PRAGUE — Jiri Menzel, a Catholic manager whose 1966 film”Closely Watched Trains” won the Academy Award for the best foreign-language movie has expired.
Menzel’s wife, Olga, declared his departure late Sunday, stating he expired the previous day. No specifics were given. Three decades back, Menzel underwent brain surgery and has been retained in an artificially induced coma for many weeks following it.
“Dearest Jirka, I thank you for every day that I could spend with you. Everyone was phenomenal,” his wife said on Facebook.
Menzel created some 20 films and was one of the top filmmakers of this new tide of Czechoslovak theater that arose in the 1960s. His films represented a radical departure from socialist realism, a normal communist-era genre focusing on virtually depicting the battles of the working class.
Unlike colleagues like Milos Forman, Jan Nemec, and Ivan Passer, Menzel did not emigrate following the 1968 Soviet-led invasion of Czechoslovakia.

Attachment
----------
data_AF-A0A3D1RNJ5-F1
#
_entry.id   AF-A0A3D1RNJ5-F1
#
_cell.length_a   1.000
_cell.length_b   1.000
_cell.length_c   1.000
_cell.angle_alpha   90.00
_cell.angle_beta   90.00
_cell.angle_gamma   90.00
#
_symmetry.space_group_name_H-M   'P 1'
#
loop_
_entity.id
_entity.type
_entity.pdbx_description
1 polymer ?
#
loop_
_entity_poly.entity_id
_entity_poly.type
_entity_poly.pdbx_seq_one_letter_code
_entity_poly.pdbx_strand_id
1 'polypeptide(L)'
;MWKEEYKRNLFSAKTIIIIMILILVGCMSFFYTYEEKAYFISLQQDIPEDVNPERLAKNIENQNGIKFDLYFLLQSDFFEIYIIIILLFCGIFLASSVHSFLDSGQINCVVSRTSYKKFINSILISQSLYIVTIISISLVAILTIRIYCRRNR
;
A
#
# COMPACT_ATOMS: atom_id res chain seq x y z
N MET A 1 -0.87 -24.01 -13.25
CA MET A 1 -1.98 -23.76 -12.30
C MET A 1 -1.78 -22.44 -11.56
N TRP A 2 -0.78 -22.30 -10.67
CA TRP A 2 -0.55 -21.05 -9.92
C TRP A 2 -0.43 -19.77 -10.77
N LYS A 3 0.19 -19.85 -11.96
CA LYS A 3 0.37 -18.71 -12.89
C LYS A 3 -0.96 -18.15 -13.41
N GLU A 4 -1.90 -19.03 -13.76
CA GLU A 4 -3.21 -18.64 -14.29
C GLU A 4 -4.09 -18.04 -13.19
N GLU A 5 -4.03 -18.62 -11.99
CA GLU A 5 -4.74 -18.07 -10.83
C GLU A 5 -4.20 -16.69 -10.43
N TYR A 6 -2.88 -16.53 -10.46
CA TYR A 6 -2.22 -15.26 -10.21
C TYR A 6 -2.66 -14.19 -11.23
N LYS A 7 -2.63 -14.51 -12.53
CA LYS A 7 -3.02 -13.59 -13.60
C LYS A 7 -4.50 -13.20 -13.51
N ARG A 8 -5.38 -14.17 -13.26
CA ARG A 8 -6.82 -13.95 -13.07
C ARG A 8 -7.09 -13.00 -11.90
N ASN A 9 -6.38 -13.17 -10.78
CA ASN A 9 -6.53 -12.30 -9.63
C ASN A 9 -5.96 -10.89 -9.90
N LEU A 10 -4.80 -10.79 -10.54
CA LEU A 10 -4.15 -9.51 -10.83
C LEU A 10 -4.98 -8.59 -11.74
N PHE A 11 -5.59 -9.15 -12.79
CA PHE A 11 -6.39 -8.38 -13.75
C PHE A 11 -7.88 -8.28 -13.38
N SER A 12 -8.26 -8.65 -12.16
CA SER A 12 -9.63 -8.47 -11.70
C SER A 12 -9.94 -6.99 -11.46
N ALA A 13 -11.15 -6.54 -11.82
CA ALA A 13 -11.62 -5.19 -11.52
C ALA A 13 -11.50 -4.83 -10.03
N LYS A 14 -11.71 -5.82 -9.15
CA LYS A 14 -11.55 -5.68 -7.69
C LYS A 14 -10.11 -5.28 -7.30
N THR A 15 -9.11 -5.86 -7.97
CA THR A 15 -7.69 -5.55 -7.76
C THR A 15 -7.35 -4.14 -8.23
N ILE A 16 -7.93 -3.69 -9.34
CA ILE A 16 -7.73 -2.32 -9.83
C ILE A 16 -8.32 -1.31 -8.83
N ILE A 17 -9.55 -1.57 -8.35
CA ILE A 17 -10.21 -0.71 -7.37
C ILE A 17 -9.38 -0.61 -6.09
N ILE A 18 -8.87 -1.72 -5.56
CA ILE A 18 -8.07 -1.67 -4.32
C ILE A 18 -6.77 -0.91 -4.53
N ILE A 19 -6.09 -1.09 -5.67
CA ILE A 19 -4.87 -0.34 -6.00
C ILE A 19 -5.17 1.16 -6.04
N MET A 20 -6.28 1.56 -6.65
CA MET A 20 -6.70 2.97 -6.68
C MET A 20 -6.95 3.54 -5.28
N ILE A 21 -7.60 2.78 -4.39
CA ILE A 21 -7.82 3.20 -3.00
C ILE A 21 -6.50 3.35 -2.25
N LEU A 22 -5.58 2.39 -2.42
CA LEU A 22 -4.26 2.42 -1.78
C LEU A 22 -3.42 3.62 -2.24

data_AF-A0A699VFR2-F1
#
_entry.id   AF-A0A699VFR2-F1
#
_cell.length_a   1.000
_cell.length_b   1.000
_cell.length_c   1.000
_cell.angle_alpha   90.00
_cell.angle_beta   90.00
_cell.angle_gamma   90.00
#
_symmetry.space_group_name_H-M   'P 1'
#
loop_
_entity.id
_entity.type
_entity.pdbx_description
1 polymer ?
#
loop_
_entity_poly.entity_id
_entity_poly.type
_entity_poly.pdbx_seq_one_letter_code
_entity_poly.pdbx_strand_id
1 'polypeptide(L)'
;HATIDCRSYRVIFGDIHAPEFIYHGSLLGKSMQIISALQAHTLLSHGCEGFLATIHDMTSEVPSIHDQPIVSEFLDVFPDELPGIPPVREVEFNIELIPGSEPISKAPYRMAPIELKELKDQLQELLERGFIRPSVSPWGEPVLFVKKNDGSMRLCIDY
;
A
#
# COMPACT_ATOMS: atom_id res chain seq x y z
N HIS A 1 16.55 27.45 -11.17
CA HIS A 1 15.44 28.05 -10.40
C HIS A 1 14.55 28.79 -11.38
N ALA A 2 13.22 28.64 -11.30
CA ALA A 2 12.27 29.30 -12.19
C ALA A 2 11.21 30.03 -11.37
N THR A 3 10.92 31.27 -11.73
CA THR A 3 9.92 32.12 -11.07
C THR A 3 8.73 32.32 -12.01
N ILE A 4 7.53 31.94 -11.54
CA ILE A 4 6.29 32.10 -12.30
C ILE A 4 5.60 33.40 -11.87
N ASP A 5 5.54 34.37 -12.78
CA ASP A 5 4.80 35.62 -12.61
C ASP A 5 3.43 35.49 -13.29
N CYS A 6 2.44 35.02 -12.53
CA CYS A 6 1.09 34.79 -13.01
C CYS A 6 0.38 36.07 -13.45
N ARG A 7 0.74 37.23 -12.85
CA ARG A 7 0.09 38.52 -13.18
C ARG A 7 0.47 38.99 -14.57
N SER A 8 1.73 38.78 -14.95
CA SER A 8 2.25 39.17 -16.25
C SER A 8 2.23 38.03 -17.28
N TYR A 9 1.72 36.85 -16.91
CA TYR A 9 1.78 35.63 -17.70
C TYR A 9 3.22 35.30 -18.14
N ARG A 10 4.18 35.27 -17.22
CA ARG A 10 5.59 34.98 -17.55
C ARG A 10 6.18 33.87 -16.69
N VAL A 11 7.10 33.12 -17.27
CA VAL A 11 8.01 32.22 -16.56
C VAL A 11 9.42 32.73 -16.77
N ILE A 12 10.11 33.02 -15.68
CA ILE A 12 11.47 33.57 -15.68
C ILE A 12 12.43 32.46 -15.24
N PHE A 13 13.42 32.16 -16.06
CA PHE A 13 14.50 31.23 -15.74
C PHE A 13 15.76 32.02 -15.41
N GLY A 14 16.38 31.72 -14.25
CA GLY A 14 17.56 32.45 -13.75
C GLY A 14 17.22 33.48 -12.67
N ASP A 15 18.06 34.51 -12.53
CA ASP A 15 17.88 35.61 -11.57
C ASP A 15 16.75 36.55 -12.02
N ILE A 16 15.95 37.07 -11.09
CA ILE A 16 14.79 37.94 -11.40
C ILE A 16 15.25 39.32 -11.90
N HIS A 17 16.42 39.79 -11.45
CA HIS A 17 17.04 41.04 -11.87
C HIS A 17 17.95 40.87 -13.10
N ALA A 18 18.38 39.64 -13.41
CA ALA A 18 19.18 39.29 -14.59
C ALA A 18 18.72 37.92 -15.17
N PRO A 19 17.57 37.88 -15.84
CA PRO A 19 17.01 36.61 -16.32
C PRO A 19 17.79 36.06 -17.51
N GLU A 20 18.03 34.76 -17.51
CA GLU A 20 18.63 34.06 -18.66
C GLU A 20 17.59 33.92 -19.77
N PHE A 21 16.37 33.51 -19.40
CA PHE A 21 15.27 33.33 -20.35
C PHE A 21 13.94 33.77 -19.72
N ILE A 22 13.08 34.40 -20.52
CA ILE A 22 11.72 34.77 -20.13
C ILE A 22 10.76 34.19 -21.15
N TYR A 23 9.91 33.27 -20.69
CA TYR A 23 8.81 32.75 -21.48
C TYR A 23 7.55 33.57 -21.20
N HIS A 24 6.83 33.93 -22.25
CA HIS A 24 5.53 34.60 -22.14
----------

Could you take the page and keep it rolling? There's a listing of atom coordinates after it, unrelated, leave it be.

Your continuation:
“Closely Watched Trains” was his first feature picture. Based on a book by Czech writer Bohumil Hrabal, it tells the story of a dispatcher’s apprentice coming of age in a little train station during the Nazi occupation in World War II.
His second alliance with Hrabal, “Larks on a String” in 1969 was yet another tragicomic description of life under a totalitarian regime, now under communism.
The film was instantly banned by the Greek government. Following the 1989 anti-Communist revolution headed by Vaclav Havel, it won the Golden Bear award at the Berlin global film festival.
His 1985 humor”My Sweet Little Village” was nominated for the Academy Award for a best foreign movie.
A graduate of Prague’s Academy of Performing Arts in 1962, he was also famous for directing drama and as a celebrity.
Among other awards, Menzel obtained the French Order of Arts and Literature.